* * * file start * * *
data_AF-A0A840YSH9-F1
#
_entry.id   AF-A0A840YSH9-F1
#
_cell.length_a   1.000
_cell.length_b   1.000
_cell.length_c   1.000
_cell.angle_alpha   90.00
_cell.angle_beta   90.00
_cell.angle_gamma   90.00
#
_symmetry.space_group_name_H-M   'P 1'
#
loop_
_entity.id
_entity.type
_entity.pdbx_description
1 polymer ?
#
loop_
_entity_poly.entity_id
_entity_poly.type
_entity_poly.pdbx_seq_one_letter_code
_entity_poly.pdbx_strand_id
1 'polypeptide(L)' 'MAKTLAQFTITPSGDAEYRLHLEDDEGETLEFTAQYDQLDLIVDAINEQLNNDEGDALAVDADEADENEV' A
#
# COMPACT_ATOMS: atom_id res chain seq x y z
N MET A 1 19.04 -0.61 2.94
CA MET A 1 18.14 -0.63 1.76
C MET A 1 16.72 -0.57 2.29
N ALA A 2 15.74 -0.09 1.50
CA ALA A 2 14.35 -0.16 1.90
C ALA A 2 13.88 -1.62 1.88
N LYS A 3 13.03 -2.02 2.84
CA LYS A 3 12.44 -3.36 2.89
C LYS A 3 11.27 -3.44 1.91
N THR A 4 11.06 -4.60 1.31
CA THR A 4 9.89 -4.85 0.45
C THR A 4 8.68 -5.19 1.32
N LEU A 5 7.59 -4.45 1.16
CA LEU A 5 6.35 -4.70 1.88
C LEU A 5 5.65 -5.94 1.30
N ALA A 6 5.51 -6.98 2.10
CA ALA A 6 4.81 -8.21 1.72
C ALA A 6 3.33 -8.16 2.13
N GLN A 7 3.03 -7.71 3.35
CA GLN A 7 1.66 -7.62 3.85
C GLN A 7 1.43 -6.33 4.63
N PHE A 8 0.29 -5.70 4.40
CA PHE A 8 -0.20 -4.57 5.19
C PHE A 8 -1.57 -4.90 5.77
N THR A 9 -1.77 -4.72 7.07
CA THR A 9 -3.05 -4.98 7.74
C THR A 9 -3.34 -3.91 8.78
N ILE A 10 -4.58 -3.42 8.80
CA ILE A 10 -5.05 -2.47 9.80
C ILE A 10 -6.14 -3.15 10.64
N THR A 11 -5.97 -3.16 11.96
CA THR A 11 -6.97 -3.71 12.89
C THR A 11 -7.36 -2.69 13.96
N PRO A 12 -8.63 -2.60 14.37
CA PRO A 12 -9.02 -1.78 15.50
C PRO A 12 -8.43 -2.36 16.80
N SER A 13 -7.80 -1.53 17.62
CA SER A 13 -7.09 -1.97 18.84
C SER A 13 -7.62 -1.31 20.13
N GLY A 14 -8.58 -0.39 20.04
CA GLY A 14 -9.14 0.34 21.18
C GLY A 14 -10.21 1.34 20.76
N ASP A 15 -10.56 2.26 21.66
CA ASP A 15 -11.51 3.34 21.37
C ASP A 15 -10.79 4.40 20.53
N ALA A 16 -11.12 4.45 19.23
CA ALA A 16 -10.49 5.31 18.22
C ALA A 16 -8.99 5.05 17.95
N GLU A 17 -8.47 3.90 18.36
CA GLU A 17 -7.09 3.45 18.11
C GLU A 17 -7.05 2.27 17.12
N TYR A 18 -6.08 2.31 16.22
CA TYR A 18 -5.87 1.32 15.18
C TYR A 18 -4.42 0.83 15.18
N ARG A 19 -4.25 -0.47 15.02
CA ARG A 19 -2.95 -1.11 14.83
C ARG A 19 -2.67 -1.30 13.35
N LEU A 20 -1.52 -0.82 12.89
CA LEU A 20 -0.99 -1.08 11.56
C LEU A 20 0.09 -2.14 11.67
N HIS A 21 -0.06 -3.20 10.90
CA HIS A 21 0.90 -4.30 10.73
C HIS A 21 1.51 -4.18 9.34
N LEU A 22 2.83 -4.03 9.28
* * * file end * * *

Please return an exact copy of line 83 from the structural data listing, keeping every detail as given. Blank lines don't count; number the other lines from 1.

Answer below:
CA ARG A 19 -2.95 -1.11 14.83